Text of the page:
5 short cricketers who went on to become all-time greats
While international sport continues in its ever-evolving shift towards athletes of a tal stature, cricket is sustaining its unique capacity to deliver world-class short competitors onto the global stage with the latest additions to the list in Temba Bavuma, Mushfiqur Rahim and Parthiv Patel. People tend to think that the greatest cricketers are tall and well-built like the West Indian cricketers in the 1970s and 1980s, or the well-built Australian pace-battery.
But there have been some cricketers who weren’t tall, but went on to become all-time greats. The following list features 5 cricketers who proved that height has nothing to do with ability, skill and talent.
#5 Gundappa Vishwanath – 5’3’
Sunil Gavaskar’s (who was also short) brother-in-law Gundappa Vishwanath was one of the most elegant batsmen India has ever produced. A batsman of short stature (5’ 3’’), Vishy (as he was commonly known) was a master of using his wrists.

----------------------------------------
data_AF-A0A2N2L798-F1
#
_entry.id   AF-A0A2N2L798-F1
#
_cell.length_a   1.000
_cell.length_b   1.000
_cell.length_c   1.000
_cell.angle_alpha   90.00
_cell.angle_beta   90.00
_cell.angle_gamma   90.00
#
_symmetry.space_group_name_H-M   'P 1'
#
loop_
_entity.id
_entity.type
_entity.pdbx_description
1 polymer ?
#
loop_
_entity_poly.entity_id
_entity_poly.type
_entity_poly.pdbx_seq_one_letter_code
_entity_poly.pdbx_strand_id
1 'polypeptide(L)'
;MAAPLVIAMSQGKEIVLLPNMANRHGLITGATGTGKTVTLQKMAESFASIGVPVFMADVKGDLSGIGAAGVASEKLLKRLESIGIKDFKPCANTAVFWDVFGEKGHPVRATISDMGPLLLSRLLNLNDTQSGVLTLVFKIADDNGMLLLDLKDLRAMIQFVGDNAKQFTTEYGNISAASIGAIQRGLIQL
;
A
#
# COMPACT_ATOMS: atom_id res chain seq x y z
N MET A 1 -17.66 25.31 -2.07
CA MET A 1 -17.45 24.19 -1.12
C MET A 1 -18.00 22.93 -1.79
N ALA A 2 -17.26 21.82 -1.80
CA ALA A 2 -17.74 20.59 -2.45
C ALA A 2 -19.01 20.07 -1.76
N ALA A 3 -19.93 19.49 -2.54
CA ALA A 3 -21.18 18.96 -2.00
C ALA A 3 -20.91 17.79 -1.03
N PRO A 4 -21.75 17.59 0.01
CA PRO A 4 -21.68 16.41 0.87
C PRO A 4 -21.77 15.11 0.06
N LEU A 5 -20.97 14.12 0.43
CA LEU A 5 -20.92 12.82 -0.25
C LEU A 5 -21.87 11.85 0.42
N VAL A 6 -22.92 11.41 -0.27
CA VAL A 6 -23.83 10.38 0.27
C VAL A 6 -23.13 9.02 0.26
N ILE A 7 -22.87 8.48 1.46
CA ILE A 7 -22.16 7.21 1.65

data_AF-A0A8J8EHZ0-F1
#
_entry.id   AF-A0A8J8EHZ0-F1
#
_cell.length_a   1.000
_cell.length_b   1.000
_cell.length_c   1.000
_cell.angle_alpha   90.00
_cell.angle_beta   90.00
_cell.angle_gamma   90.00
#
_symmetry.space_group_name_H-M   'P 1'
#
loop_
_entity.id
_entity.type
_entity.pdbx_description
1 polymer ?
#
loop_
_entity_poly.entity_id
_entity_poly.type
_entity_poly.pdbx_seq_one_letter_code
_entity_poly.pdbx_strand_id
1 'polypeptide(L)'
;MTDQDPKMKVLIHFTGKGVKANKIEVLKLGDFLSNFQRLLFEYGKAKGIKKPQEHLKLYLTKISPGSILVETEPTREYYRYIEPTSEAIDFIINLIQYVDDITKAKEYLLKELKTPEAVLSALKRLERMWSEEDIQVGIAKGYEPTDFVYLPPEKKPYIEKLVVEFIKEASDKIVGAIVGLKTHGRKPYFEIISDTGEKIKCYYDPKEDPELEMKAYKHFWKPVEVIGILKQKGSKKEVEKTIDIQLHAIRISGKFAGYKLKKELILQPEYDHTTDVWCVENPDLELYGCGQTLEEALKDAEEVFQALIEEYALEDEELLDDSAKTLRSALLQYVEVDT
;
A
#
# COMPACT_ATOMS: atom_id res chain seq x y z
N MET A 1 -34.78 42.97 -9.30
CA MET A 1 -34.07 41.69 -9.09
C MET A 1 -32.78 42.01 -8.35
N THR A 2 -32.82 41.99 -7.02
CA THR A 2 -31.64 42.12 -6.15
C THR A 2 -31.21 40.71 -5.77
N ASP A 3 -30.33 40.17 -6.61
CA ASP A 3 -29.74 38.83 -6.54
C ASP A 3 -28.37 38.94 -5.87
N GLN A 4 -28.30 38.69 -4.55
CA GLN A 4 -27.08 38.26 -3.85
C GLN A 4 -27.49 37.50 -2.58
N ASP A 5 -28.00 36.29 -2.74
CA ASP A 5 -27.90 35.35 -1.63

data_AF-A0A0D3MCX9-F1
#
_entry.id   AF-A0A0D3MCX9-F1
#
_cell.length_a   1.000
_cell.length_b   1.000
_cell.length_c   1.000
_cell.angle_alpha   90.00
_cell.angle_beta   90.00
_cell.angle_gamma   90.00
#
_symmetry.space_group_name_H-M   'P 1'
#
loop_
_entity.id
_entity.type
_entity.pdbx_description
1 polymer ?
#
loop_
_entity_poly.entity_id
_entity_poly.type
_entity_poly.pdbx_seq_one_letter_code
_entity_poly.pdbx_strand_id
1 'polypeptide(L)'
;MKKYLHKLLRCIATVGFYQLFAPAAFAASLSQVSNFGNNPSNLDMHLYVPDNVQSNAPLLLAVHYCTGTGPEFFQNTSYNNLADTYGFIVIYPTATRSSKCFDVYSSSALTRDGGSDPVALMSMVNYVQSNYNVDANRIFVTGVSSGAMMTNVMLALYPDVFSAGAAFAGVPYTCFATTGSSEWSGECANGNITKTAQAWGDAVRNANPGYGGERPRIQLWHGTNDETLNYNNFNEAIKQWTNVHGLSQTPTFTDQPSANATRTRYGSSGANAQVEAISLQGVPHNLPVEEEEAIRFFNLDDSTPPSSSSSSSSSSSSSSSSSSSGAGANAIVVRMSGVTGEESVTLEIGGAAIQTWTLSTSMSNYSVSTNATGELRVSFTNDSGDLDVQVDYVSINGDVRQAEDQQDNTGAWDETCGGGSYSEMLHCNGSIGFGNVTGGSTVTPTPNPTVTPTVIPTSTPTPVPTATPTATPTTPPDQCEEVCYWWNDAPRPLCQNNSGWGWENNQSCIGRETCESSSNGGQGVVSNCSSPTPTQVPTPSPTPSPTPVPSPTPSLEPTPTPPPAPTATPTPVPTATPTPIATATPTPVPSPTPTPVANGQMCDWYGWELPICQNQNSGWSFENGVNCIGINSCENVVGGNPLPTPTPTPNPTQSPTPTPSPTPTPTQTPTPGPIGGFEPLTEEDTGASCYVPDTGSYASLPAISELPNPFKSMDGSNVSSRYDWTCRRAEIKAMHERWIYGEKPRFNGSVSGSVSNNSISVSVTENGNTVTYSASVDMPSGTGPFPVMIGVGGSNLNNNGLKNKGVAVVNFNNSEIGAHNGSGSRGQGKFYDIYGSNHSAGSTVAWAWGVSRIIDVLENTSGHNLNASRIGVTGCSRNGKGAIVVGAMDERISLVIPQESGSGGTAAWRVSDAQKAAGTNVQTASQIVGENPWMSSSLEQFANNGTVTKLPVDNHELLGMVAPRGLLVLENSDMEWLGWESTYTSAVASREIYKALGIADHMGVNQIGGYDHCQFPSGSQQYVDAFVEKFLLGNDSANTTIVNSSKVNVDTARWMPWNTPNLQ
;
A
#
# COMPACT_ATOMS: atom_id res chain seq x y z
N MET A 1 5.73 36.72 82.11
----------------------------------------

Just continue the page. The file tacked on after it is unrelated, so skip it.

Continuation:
He was exquisite in his strokeplay. He was equally adept against pace and spin - playing late, using the depth of the crease and using his feet against spin. Even though his numbers aren’t as good, he was as crucial as Sunil Gavaskar was to the side in the 1970s.
Right from a century on debut, Vishwanath came good when it mattered the most and performed when the chips were down.
A few memorable ones being an unbeaten, match-winning 97 against a rampaging Andy Roberts at Madras in 1974-75, a match-winning 124 out of a team total of 255 on another fiery, bouncy Madras wicket against West Indies in 1978-79, and innings of 83 and 79 against New Zealand on a Christchurch green top in 1975-76.
Vishwanath often excelled on tough pitches. Also, he always played the game in its true spirit. He disputed the umpire’s decision only once in his career in the Golden Jubilee match in 1979-80.